Richard Charkin: The Big Brexit Schemozzle

In Feature Articles, Opinion & Commentary by Richard Charkin

After joining the ‘polite, orderly, unthreatening and, frankly, very British’ Brexit protest of the weekend, Richard Charkin turns to surprise bestsellers..

Protestors of the UK’s intended departure from the European Union march in a ‘Put It to the People’ demand for a second referendum on March 23, 2019. Image: Richard Charkin

Editor’s note: A week after Brexit commanded so much attention at the 2019 London Book Fair, hundreds of thousands marched in the British capital, demanding a second referendum. Organizers of the Put It to the People or ‘People’s Vote’ campaign say more than 1 million took part, which, as the BBC reports, would put the event ‘on a par with the biggest march of the century, the Stop the War march in 2003.’ Richard Charkin was among the demonstrators. —Porter Anderson


By Richard Charkin

A Demand for a Second Referendum
I am not a frequent demonstrator. I think the last protest I attended was in 1968 when the United States’ embassy in Grosvenor Square was “invited” to persuade its government to call off the war in Vietnam. There were scuffles and the war continued for a few more years.

Richard Charkin

Saturday (March 23), I attended the “People’s Vote” march, which ended in London’s Parliament Square. According to the organizers, a million people joined in, contrasting with what was reported to be 200 people for the alternative pro-Brexit group.

Despite the crowds and the inevitable crush, it was polite, orderly, unthreatening and, frankly, very British. Who knows whether it will work? Perhaps we shall be better informed by the time this is published. Or perhaps not.

But what cheered me most was the number of book trade members attending, tweeting, and making a noise. There were too many to name, and I’d be bound to miss a few anyway, but thank you to all the authors, illustrators, editors, finance directors, and CEOs making the effort to re-establish democracy.

Which leads me to another optimistic meeting.

A List of Unexpected Bestsellers

At the launch of Tim Waterstone’s memoir, The Face Pressed Against a Window, I bumped into a big beast of the trade book publishing world purring over the profitability of the large publishing groups. It’s true that general book publishing is performing well against a difficult background. As my friend, the late Peter Mayer, used to say, there’s nothing wrong with publishing that a few bestsellers won’t fix.

Of course he was right, but the bigger the company the more bestsellers are needed, and there’s the rub. How to find or make the bestsellers. It’s the oldest question.

Here are a few bestsellers I was close to. Make of them what you will, but no amount of Artificial Intelligence would have helped identify them.

In 1987, Oxford University Press was inundated with orders for a book published decades earlier and which had sold steadily but slowly. All of a sudden we had to reprint many tens of thousands.

It took a while to uncover that someone called Michael Douglas (aka Gordon Gekko) waved a copy in the film Wall Street. This was the book, Sun Tzu’s The Art of War.

Next, a poorly-written memoir by a retired British spy living in Australia. The British government, led by Margaret Thatcher at the time, banned the publication of Peter Wright’s Spy Catcher in the UK.

Its publisher, Heinemann, moved publication to Australia where the British Government tried to have it banned. They lost the case not least because of the efforts of Heinemann’s Australian lawyer, Malcolm Turnbull, and a book initially thought to have sales of 1500 copies went on to sell several million and make the author a millionaire.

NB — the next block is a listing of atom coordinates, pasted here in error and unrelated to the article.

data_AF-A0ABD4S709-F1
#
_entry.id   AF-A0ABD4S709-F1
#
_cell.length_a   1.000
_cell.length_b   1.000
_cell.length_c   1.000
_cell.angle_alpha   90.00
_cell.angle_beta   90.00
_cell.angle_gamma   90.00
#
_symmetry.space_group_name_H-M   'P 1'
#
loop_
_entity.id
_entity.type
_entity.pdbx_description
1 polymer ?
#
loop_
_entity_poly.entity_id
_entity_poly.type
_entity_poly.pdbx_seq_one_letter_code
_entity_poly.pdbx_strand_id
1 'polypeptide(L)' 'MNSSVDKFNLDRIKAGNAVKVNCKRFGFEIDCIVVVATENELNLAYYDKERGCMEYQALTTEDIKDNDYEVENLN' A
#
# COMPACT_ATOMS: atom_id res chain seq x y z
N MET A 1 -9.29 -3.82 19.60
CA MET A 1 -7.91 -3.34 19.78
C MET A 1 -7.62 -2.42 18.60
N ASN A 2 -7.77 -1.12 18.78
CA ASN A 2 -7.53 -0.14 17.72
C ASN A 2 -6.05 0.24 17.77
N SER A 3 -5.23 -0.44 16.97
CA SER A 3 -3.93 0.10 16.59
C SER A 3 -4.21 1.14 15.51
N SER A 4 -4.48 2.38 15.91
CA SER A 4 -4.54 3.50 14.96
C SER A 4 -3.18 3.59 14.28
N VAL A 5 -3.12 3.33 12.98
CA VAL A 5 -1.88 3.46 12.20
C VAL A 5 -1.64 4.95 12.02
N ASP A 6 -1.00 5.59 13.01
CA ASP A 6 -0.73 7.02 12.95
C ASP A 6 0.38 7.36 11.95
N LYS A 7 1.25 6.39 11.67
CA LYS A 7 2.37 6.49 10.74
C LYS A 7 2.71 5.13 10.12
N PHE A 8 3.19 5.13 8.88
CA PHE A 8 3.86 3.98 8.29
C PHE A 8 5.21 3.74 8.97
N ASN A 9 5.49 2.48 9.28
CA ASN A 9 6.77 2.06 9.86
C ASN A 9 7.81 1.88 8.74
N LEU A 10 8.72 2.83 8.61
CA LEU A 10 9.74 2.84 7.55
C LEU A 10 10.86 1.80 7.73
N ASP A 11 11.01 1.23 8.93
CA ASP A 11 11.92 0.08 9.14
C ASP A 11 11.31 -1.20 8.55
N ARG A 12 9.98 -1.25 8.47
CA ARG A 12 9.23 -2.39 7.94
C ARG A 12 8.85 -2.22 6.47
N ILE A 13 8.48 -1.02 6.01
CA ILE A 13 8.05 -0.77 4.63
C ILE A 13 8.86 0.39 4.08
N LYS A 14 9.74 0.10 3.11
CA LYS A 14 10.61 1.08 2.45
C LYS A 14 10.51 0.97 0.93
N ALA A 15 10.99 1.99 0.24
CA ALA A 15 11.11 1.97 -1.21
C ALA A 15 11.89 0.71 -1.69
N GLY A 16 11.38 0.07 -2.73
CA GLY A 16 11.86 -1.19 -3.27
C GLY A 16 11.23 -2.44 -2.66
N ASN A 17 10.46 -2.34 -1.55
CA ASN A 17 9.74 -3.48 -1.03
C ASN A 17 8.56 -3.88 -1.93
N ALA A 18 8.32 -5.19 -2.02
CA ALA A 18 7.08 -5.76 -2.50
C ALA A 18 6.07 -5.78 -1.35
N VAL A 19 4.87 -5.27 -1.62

This next book is a strange one. When I was running Mandarin paperbacks, we published this book. The commissioning editor was hugely enthusiastic as were the marketing people. Sales were less sure as nobody had heard of the author, Robert James Waller, and he was American. However, it did okay, perhaps 50,000 copies in its first year.

On a trip to New York, I spotted another book by the same author riding high in the charts and in the bookstores. On returning to London, I discovered that Love in Black and White was indeed The Bridges of Madison County.

Someone had decided that the real title was too obscure for the British public. We had ruthlessly managed to confuse the public and minimize our sales, but it was not too late to send an apologetic letter to booksellers and re-subscribe.

The book went on to sell several million copies in the UK edition.

There are plenty more examples of unanticipated bestsellers from my experience but I’d love to hear of other examples. We could create the bestseller list of unexpected bestsellers.


More from Publishing Perspectives’ monthly column by Richard Charkin’s is here. More from us on Brexit is here, on London Book Fair is here, and on bestsellers is here.

Our Spring Magazine is ready for your free download, having been produced to coincide with the London Book Fair and other book fairs of the season. In the magazine, you’ll find issues and players who were important at this year’s London Book Fair and who will factor into other major fairs this year, plus an early look at the coming Frankfurter Buchmesse (October 16 to 20).

About the Author

Richard Charkin

Richard Charkin is a former President of the IPA and for 11 years was Executive Director of Bloomsbury Publishing Plc. He has held many senior posts at major publishing houses, including Macmillan, Oxford University Press and Reed Elsevier, and has led many other organizations, such as the UK Publishers Association and The Book Society. Richard has an MA in Natural Sciences from Trinity College, Cambridge; was a Supernumerary Fellow of Green College, Oxford; and attended the Advanced Management Program at Harvard Business School; and he is a Visiting Professor at the University of the Arts London.